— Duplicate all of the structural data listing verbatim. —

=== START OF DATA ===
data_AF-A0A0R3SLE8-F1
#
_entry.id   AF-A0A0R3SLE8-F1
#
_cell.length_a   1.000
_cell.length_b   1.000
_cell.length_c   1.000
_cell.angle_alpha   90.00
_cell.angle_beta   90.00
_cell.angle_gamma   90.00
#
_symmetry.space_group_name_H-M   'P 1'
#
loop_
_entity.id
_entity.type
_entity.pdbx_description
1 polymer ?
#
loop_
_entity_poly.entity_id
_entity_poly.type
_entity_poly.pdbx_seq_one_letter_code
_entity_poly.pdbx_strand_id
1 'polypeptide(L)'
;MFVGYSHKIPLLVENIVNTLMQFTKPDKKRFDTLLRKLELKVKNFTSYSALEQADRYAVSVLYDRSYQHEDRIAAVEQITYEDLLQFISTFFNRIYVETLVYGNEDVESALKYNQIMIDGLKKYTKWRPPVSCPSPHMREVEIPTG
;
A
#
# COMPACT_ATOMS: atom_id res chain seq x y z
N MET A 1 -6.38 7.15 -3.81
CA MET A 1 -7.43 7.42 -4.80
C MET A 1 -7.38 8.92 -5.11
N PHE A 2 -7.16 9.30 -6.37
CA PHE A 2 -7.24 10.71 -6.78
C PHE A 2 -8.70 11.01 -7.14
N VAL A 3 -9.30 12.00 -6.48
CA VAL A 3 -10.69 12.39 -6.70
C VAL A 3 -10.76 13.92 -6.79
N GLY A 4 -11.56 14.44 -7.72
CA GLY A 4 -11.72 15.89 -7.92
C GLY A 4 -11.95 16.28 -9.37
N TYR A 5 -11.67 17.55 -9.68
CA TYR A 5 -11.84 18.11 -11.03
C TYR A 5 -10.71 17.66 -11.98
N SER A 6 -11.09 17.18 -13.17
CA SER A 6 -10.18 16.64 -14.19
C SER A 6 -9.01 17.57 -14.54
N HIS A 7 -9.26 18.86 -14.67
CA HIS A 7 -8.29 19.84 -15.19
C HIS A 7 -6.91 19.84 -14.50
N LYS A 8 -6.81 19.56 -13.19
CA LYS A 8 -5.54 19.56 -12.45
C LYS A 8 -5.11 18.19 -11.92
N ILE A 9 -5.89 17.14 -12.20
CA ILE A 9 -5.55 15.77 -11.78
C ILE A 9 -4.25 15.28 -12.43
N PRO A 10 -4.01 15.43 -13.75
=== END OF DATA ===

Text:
data_AF-A0A0R3SLE8-F1
#
_entry.id   AF-A0A0R3SLE8-F1
#
_cell.length_a   1.000
_cell.length_b   1.000
_cell.length_c   1.000
_cell.angle_alpha   90.00
_cell.angle_beta   90.00
_cell.angle_gamma   90.00
#
_symmetry.space_group_name_H-M   'P 1'
#
loop_
_entity.id
_entity.type
_entity.pdbx_description
1 polymer ?
#
loop_
_entity_poly.entity_id
_entity_poly.type
_entity_poly.pdbx_seq_one_letter_code
_entity_poly.pdbx_strand_id
1 'polypeptide(L)'
;MFVGYSHKIPLLVENIVNTLMQFTKPDKKRFDTLLRKLELKVKNFTSYSALEQADRYAVSVLYDRSYQHEDRIAAVEQITYEDLLQFISTFFNRIYVETLVYGNEDVESALKYNQIMIDGLKKYTKWRPPVSCPSPHMREVEIPTG
;
A
#
# COMPACT_ATOMS: atom_id res chain seq x y z
N MET A 1 -6.38 7.15 -3.81
CA MET A 1 -7.43 7.42 -4.80
C MET A 1 -7.38 8.92 -5.11
N PHE A 2 -7.16 9.30 -6.37
CA PHE A 2 -7.24 10.71 -6.78
C PHE A 2 -8.70 11.01 -7.14
N VAL A 3 -9.30 12.00 -6.48
CA VAL A 3 -10.69 12.39 -6.70
C VAL A 3 -10.76 13.92 -6.79
N GLY A 4 -11.56 14.44 -7.72
CA GLY A 4 -11.72 15.89 -7.92
C GLY A 4 -11.95 16.28 -9.37
N TYR A 5 -11.67 17.55 -9.68
CA TYR A 5 -11.84 18.11 -11.03
C TYR A 5 -10.71 17.66 -11.98
N SER A 6 -11.09 17.18 -13.17
CA SER A 6 -10.18 16.64 -14.19
C SER A 6 -9.01 17.57 -14.54
N HIS A 7 -9.26 18.86 -14.67
CA HIS A 7 -8.29 19.84 -15.19
C HIS A 7 -6.91 19.84 -14.50
N LYS A 8 -6.81 19.56 -13.19
CA LYS A 8 -5.54 19.56 -12.45
C LYS A 8 -5.11 18.19 -11.92
N ILE A 9 -5.89 17.14 -12.20
CA ILE A 9 -5.55 15.77 -11.78
C ILE A 9 -4.25 15.28 -12.43
N PRO A 10 -4.01 15.43 -13.75